What our company will have in autumn will largely depend on the weather and the pandemic. Sales in our product markets are largely driven by the weather, unless the pandemic results in very high unemployment. In order to ensure stable operations, we are constantly looking for new markets, customers, developing new products. In our company, the fall in results due to the pandemic was relatively symbolic, we forecast a decrease of 20 percent in sales revenue in the first half of this year,’ Audronė Pocienė, Chairman of the Board of “Omniteksas” UAB says.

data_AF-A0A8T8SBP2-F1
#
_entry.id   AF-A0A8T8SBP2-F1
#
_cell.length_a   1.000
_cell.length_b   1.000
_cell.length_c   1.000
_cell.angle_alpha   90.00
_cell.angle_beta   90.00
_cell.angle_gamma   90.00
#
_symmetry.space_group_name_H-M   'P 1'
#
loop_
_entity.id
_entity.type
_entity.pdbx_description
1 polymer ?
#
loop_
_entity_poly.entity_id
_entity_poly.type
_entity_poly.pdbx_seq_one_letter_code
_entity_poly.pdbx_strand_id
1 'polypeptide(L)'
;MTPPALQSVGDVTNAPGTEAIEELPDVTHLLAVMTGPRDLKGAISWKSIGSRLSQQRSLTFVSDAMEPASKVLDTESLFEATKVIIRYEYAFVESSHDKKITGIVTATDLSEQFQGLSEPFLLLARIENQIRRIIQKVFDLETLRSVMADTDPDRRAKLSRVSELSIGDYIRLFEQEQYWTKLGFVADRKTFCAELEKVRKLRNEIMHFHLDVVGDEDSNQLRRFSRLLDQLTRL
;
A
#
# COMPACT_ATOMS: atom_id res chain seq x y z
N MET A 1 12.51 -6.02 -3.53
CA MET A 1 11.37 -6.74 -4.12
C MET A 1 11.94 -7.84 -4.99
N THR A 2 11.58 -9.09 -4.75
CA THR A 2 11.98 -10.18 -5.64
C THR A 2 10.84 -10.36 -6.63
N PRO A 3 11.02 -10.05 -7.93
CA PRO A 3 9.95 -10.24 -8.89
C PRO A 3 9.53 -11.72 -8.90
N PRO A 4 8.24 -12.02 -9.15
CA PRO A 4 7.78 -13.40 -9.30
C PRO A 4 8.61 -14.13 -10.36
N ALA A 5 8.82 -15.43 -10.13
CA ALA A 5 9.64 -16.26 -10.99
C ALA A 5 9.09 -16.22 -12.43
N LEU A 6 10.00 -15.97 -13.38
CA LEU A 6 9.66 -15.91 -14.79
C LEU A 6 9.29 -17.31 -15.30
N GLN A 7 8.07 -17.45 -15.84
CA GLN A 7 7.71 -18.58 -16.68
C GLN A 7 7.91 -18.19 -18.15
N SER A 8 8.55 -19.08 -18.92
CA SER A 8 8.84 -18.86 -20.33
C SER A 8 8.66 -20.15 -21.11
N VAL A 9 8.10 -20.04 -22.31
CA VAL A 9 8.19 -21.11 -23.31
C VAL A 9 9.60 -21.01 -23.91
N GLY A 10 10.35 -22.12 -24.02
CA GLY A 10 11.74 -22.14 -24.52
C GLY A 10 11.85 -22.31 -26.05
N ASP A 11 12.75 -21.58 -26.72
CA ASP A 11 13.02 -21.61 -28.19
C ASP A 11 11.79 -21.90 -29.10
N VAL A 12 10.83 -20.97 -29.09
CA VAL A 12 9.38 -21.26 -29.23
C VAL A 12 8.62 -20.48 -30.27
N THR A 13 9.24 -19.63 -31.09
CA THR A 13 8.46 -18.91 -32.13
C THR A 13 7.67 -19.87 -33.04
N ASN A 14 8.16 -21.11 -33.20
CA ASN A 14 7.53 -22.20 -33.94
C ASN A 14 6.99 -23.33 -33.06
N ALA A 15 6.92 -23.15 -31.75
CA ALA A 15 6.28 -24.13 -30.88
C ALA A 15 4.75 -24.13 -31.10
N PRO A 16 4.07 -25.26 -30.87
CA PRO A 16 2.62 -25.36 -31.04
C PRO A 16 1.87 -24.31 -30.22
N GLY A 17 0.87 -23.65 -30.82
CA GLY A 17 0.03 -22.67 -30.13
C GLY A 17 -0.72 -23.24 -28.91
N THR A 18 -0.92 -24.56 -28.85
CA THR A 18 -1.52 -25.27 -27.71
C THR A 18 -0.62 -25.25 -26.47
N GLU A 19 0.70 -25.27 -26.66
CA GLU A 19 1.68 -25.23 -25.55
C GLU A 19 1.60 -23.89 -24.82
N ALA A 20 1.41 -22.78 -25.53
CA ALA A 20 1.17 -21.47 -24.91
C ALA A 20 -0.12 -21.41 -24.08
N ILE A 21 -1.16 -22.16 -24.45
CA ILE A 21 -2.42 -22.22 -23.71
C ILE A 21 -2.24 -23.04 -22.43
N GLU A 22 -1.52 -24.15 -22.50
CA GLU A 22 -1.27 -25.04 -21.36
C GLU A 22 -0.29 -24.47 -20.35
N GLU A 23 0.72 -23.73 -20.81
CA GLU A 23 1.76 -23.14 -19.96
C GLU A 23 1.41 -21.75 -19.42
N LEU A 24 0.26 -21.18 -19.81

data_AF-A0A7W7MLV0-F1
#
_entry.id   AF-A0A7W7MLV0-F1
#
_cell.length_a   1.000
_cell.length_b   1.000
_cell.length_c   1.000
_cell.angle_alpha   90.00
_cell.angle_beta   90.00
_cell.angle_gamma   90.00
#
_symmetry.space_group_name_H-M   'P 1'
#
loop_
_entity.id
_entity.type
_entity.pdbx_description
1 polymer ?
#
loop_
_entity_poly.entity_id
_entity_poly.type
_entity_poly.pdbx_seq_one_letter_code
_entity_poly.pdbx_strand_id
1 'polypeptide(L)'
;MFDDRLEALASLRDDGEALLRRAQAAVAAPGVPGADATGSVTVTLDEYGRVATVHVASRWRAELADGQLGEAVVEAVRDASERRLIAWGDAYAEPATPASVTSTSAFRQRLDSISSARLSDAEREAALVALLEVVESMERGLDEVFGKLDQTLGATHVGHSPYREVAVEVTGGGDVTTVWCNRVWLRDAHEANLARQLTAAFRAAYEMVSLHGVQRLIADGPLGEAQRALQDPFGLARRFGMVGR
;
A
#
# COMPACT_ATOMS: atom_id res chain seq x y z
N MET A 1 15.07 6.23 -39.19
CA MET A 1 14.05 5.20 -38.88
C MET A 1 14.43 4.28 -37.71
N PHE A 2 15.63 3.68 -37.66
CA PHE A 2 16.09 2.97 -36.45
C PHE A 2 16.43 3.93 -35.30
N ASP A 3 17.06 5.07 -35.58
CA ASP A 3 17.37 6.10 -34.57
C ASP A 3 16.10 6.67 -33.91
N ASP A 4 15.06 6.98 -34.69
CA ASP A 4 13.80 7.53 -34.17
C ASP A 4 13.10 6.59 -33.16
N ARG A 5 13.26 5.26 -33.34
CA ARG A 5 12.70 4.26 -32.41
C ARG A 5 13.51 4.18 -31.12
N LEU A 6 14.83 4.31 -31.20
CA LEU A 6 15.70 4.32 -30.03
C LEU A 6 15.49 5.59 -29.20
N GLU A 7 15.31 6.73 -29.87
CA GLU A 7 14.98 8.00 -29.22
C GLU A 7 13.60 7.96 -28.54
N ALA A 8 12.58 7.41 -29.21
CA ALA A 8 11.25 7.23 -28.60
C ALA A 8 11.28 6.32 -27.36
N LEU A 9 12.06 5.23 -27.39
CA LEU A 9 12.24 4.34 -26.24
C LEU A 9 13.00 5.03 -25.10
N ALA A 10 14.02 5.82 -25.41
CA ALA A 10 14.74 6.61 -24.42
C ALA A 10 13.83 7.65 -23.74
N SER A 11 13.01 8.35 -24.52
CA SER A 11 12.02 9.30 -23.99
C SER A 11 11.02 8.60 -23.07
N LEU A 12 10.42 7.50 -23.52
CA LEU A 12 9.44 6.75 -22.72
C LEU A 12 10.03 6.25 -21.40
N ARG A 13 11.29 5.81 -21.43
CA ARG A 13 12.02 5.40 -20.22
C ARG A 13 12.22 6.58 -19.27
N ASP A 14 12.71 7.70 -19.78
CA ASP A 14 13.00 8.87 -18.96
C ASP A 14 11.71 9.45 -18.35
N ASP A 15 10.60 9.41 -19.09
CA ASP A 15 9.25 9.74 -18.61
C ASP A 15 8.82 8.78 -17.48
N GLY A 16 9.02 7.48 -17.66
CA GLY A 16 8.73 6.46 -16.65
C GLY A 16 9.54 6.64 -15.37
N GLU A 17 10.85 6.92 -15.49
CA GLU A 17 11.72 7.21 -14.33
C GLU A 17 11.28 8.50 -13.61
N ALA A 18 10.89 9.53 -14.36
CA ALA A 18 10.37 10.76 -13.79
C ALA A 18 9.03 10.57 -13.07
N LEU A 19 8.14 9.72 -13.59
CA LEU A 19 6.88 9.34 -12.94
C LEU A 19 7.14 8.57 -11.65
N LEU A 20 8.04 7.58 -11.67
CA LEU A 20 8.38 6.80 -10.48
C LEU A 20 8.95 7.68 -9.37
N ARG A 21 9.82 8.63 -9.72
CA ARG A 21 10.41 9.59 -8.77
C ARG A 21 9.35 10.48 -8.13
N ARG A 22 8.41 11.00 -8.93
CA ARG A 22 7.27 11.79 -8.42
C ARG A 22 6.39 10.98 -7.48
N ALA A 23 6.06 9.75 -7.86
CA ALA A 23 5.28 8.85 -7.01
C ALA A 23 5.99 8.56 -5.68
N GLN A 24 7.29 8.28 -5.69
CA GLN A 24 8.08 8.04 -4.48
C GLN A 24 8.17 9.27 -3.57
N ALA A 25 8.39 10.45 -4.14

‘In the summer, the clothing market traditionally has a lot of orders. That is exactly the case this year. Neither the volume of our work nor our income has changed during the quarantine. We did not use any state aid either. In a more difficult situation, you need to think a little in search of customers and opportunities and everything is solved. Experience shows that it is important to produce different products. If the demand for one type declines, then the other types remain stable. Diversification of activities brings a lot of stability. If the pandemic recurs in fall, it will be bad. This time, the quarantine did not last long before we implemented the orders, and it has passed,’ Vladimir Ivliyev, the Director of “Tuma” UAB says.